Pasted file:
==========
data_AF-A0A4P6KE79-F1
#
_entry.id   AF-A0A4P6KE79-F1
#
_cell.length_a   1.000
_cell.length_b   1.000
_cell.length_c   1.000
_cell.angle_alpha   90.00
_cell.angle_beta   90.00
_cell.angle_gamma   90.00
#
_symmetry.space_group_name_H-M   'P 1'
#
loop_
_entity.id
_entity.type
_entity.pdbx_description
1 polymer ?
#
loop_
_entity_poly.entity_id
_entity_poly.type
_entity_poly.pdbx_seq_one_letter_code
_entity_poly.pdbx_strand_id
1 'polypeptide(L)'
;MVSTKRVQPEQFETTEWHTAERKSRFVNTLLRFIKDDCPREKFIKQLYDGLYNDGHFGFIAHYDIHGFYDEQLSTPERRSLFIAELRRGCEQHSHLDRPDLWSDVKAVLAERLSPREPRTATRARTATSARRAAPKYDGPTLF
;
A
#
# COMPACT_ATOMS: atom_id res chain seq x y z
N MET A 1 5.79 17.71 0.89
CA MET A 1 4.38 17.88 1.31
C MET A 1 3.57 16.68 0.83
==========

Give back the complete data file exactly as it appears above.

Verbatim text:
data_AF-A0A4P6KE79-F1
#
_entry.id   AF-A0A4P6KE79-F1
#
_cell.length_a   1.000
_cell.length_b   1.000
_cell.length_c   1.000
_cell.angle_alpha   90.00
_cell.angle_beta   90.00
_cell.angle_gamma   90.00
#
_symmetry.space_group_name_H-M   'P 1'
#
loop_
_entity.id
_entity.type
_entity.pdbx_description
1 polymer ?
#
loop_
_entity_poly.entity_id
_entity_poly.type
_entity_poly.pdbx_seq_one_letter_code
_entity_poly.pdbx_strand_id
1 'polypeptide(L)'
;MVSTKRVQPEQFETTEWHTAERKSRFVNTLLRFIKDDCPREKFIKQLYDGLYNDGHFGFIAHYDIHGFYDEQLSTPERRSLFIAELRRGCEQHSHLDRPDLWSDVKAVLAERLSPREPRTATRARTATSARRAAPKYDGPTLF
;
A
#
# COMPACT_ATOMS: atom_id res chain seq x y z
N MET A 1 5.79 17.71 0.89
CA MET A 1 4.38 17.88 1.31
C MET A 1 3.57 16.68 0.83